Couvent School – Board of Directors, 1917

Board of Directors, Couvent School, 1917
Top row (standing): George Doyle, Louis Charbonnet, Walter L. Cohen, Alphonse Hopkins, Antoine Surle
Lower Row (seated): Radamis Lalonier, Paul Despues, Louis J. Joubert, Barthelemy A. Rousseve, Paul Dominguez

The Institute Catholique des Orphelins Indigent, also known as the Catholic Institute for Indigent Orphans, was a school founded in the Faubourg Marigny in 1848 dedicated to providing an education to children of color. Run by a board of directors and dedicated volunteers and instructors, the school remained under the leadership of lay people of color until 1915. The school was initially financed from a trust established in the will of Madame Marie Justine Cirnaire Couvent, the Widow Bernard Couvent, a philanthropic free woman of color, who was born in Guinea. Although she was a former slave and could not read and write, Madame Couvent understood the importance of receiving an education.

Some of the illustrious teachers and principals of the schools were Felicie Coulon Cailloux, wife of patriot Andre Cailloux; the poet Armand Lanusse, journalist and linguist Paul Trevigne, and mathematician Louis Nelson Foucher.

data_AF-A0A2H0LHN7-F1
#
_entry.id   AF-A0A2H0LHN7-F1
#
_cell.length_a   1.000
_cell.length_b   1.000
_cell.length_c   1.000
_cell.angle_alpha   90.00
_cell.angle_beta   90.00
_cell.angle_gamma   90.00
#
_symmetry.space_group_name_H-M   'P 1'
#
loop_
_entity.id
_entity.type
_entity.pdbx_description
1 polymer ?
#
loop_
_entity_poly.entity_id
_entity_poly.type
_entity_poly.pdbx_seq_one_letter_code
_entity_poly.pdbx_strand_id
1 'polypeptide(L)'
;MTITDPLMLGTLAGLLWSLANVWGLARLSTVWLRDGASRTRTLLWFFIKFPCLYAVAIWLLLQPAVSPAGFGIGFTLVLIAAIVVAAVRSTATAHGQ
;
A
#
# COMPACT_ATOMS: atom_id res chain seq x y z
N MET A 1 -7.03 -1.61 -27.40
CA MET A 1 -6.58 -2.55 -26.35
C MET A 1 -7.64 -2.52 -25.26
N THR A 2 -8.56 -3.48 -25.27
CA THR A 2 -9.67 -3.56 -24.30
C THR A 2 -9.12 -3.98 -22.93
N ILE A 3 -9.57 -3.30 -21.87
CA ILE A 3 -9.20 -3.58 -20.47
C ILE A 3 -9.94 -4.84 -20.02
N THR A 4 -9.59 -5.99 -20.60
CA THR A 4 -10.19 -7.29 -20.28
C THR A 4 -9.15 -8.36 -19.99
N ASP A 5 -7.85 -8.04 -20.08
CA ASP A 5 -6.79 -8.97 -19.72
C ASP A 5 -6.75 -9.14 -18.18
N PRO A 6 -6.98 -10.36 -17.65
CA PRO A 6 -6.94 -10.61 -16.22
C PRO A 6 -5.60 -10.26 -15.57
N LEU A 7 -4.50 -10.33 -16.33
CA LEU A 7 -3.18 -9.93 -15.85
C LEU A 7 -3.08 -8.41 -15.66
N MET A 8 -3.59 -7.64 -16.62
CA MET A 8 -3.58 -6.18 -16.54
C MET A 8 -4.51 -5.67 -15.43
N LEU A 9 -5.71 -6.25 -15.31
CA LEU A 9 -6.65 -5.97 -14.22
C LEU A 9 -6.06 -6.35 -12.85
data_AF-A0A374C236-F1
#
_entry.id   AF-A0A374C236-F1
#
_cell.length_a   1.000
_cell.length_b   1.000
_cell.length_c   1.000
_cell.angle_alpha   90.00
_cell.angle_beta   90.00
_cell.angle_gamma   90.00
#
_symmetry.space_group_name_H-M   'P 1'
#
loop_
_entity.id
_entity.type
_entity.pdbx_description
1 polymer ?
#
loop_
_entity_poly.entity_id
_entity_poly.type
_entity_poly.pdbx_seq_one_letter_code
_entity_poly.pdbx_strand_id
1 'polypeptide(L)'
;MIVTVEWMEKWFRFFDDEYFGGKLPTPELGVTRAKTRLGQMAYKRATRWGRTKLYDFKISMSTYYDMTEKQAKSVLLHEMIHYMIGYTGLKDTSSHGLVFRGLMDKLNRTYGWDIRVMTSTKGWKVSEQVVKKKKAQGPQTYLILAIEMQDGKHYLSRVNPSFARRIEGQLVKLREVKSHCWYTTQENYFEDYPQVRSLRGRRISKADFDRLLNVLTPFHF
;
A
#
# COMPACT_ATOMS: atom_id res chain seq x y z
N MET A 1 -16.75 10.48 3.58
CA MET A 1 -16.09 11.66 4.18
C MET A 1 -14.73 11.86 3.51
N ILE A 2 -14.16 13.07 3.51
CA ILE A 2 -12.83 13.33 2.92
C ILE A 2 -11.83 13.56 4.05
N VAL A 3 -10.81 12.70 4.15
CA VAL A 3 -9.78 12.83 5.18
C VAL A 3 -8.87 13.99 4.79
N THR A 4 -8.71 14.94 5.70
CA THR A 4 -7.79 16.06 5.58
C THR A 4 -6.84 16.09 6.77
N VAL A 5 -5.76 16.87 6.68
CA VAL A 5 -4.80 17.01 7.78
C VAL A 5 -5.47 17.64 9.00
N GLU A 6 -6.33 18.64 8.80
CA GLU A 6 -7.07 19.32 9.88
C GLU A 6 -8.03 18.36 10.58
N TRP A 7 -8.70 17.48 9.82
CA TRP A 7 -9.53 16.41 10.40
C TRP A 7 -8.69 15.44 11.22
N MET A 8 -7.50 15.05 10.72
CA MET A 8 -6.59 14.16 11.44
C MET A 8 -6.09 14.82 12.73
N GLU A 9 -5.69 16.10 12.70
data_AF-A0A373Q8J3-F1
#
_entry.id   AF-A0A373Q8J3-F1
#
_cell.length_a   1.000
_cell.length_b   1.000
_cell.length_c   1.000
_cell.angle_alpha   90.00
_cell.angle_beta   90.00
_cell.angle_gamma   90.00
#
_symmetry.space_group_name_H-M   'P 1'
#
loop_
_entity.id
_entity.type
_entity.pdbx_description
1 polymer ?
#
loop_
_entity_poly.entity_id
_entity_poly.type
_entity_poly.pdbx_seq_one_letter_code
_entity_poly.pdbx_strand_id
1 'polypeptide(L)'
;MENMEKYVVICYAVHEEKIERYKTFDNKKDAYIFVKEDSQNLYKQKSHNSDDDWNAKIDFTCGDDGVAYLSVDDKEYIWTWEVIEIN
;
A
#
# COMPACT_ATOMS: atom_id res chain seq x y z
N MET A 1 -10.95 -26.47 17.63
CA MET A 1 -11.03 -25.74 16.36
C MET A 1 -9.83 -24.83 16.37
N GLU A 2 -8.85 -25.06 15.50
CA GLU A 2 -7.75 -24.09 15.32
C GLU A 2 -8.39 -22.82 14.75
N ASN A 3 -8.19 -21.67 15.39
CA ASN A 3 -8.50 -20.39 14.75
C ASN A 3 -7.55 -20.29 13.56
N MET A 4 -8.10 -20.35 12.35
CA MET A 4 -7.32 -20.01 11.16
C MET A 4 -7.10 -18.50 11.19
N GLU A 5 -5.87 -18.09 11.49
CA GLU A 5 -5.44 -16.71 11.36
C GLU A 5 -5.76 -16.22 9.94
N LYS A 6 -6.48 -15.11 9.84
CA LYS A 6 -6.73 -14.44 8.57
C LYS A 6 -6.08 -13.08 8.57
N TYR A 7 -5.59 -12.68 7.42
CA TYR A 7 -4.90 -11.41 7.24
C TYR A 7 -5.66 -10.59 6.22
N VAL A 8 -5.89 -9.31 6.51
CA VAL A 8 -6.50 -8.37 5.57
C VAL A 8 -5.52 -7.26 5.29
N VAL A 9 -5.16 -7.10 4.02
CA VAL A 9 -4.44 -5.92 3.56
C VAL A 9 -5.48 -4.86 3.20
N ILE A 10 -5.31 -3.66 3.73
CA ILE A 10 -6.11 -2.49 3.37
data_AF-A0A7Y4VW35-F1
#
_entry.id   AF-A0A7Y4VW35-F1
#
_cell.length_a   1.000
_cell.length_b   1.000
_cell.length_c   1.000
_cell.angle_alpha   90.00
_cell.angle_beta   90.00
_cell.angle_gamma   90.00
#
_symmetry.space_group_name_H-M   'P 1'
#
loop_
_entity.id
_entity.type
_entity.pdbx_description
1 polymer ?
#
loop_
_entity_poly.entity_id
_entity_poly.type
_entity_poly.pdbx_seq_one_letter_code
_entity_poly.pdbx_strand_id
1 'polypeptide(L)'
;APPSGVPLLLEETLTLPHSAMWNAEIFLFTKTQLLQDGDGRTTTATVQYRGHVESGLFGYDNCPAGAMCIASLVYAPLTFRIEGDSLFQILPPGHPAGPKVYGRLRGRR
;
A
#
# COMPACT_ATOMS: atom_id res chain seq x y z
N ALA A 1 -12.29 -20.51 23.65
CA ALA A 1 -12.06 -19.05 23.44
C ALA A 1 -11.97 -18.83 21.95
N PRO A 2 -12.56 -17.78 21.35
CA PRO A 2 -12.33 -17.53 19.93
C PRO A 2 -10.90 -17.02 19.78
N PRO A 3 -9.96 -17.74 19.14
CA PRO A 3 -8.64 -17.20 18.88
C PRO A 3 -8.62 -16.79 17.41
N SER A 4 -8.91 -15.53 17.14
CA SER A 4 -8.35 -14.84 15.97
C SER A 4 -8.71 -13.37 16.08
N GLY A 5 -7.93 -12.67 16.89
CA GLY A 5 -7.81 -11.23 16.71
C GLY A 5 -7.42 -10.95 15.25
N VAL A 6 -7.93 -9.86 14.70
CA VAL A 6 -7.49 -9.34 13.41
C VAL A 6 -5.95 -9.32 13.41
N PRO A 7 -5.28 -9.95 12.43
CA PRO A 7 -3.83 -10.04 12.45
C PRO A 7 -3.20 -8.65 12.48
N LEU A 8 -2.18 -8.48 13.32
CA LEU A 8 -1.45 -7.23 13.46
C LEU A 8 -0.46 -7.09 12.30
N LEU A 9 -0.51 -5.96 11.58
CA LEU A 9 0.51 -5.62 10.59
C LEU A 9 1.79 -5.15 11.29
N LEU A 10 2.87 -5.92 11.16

In 1893, when the Creole of color philanthropist, Thomy Lafon, died, he left a substantial sum to the school in his will for the construction of a new building. That school was destroyed by the disastrous Hurricane of 1915. Lacking money to rebuild the school quickly, the Board of Directors agreed to terms proposed by Saint Katharine Drexel, the foundress of the Sisters of the Blessed Sacrament and Xavier University. She offered to build and operate a new school on the site, under the name St. Louis School (attached to the newly-formed Holy Redeemer Parish), on the condition that it would be operated by a religious community. The Sisters of the Holy Ghost of San Antonio, Texas agreed to staff the school, which they did for several decades.

Among its more well known alumni are Ernest “Dutch” Morial, the first mayor of color in New Orleans, and Keith Weldon Medley, author of We As Freemen: Plessy v. Ferguson.

From 1993-2006, the school was used as the Bishop Harold Perry School for Boys. It is now home to the Saint Gerard Majella Alternative School.

Photograph Source: Dedication Booklet, Saint Louis School, 1917.

J.C.L.H.

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